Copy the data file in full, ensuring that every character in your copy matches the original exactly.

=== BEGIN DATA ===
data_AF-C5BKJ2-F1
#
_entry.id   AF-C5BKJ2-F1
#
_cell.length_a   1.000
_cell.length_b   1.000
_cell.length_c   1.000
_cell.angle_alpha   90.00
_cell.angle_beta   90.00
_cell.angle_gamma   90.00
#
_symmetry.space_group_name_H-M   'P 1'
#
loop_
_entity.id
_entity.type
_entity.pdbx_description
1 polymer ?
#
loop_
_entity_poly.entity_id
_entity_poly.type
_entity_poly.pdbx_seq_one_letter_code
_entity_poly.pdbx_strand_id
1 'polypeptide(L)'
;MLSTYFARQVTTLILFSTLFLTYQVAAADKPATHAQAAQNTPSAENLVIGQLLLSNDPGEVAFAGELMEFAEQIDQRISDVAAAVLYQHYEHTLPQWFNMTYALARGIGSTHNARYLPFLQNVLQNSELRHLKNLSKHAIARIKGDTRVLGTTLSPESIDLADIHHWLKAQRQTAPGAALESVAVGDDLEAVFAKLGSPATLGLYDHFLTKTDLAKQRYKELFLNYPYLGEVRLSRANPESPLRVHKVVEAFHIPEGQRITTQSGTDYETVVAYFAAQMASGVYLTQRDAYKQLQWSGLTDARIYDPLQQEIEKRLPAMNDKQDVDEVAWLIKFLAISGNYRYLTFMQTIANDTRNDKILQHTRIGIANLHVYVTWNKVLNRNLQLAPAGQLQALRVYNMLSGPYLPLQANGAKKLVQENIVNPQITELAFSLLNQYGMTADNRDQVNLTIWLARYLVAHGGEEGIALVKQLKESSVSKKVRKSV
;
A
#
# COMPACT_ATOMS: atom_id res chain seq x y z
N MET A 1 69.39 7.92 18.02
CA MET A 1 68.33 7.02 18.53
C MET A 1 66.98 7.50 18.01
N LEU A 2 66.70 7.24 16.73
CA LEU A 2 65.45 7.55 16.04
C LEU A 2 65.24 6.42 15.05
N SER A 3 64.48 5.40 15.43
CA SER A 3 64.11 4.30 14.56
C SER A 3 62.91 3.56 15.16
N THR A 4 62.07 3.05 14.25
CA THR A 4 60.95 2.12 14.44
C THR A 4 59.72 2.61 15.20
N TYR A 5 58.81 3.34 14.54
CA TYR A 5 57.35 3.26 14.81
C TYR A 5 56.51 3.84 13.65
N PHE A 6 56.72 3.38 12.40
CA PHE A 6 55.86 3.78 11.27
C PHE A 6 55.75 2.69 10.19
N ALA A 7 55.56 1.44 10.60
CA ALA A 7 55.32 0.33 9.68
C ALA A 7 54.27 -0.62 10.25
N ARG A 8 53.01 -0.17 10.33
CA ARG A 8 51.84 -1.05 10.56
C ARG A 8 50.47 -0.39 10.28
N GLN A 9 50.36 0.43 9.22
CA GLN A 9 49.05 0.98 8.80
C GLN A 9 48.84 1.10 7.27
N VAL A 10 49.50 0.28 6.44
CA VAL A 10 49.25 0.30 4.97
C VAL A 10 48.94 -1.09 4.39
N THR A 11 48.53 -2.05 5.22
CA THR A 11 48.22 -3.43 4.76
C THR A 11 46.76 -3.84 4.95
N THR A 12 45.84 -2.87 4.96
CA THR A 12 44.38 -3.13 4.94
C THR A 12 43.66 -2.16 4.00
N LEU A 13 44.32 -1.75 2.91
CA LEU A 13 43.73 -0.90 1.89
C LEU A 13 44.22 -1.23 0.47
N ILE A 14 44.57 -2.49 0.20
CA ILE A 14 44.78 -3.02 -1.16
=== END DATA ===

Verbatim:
data_AF-C5BKJ2-F1
#
_entry.id   AF-C5BKJ2-F1
#
_cell.length_a   1.000
_cell.length_b   1.000
_cell.length_c   1.000
_cell.angle_alpha   90.00
_cell.angle_beta   90.00
_cell.angle_gamma   90.00
#
_symmetry.space_group_name_H-M   'P 1'
#
loop_
_entity.id
_entity.type
_entity.pdbx_description
1 polymer ?
#
loop_
_entity_poly.entity_id
_entity_poly.type
_entity_poly.pdbx_seq_one_letter_code
_entity_poly.pdbx_strand_id
1 'polypeptide(L)'
;MLSTYFARQVTTLILFSTLFLTYQVAAADKPATHAQAAQNTPSAENLVIGQLLLSNDPGEVAFAGELMEFAEQIDQRISDVAAAVLYQHYEHTLPQWFNMTYALARGIGSTHNARYLPFLQNVLQNSELRHLKNLSKHAIARIKGDTRVLGTTLSPESIDLADIHHWLKAQRQTAPGAALESVAVGDDLEAVFAKLGSPATLGLYDHFLTKTDLAKQRYKELFLNYPYLGEVRLSRANPESPLRVHKVVEAFHIPEGQRITTQSGTDYETVVAYFAAQMASGVYLTQRDAYKQLQWSGLTDARIYDPLQQEIEKRLPAMNDKQDVDEVAWLIKFLAISGNYRYLTFMQTIANDTRNDKILQHTRIGIANLHVYVTWNKVLNRNLQLAPAGQLQALRVYNMLSGPYLPLQANGAKKLVQENIVNPQITELAFSLLNQYGMTADNRDQVNLTIWLARYLVAHGGEEGIALVKQLKESSVSKKVRKSV
;
A
#
# COMPACT_ATOMS: atom_id res chain seq x y z
N MET A 1 69.39 7.92 18.02
CA MET A 1 68.33 7.02 18.53
C MET A 1 66.98 7.50 18.01
N LEU A 2 66.70 7.24 16.73
CA LEU A 2 65.45 7.55 16.04
C LEU A 2 65.24 6.42 15.05
N SER A 3 64.48 5.40 15.43
CA SER A 3 64.11 4.30 14.56
C SER A 3 62.91 3.56 15.16
N THR A 4 62.07 3.05 14.25
CA THR A 4 60.95 2.12 14.44
C THR A 4 59.72 2.61 15.20
N TYR A 5 58.81 3.34 14.54
CA TYR A 5 57.35 3.26 14.81
C TYR A 5 56.51 3.84 13.65
N PHE A 6 56.72 3.38 12.40
CA PHE A 6 55.86 3.78 11.27
C PHE A 6 55.75 2.69 10.19
N ALA A 7 55.56 1.44 10.60
CA ALA A 7 55.32 0.33 9.68
C ALA A 7 54.27 -0.62 10.25
N ARG A 8 53.01 -0.17 10.33
CA ARG A 8 51.84 -1.05 10.56
C ARG A 8 50.47 -0.39 10.28
N GLN A 9 50.36 0.43 9.22
CA GLN A 9 49.05 0.98 8.80
C GLN A 9 48.84 1.10 7.27
N VAL A 10 49.50 0.28 6.44
CA VAL A 10 49.25 0.30 4.97
C VAL A 10 48.94 -1.09 4.39
N THR A 11 48.53 -2.05 5.22
CA THR A 11 48.22 -3.43 4.76
C THR A 11 46.76 -3.84 4.95
N THR A 12 45.84 -2.87 4.96
CA THR A 12 44.38 -3.13 4.94
C THR A 12 43.66 -2.16 4.00
N LEU A 13 44.32 -1.75 2.91
CA LEU A 13 43.73 -0.90 1.89
C LEU A 13 44.22 -1.23 0.47
N ILE A 14 44.57 -2.49 0.20
CA ILE A 14 44.78 -3.02 -1.16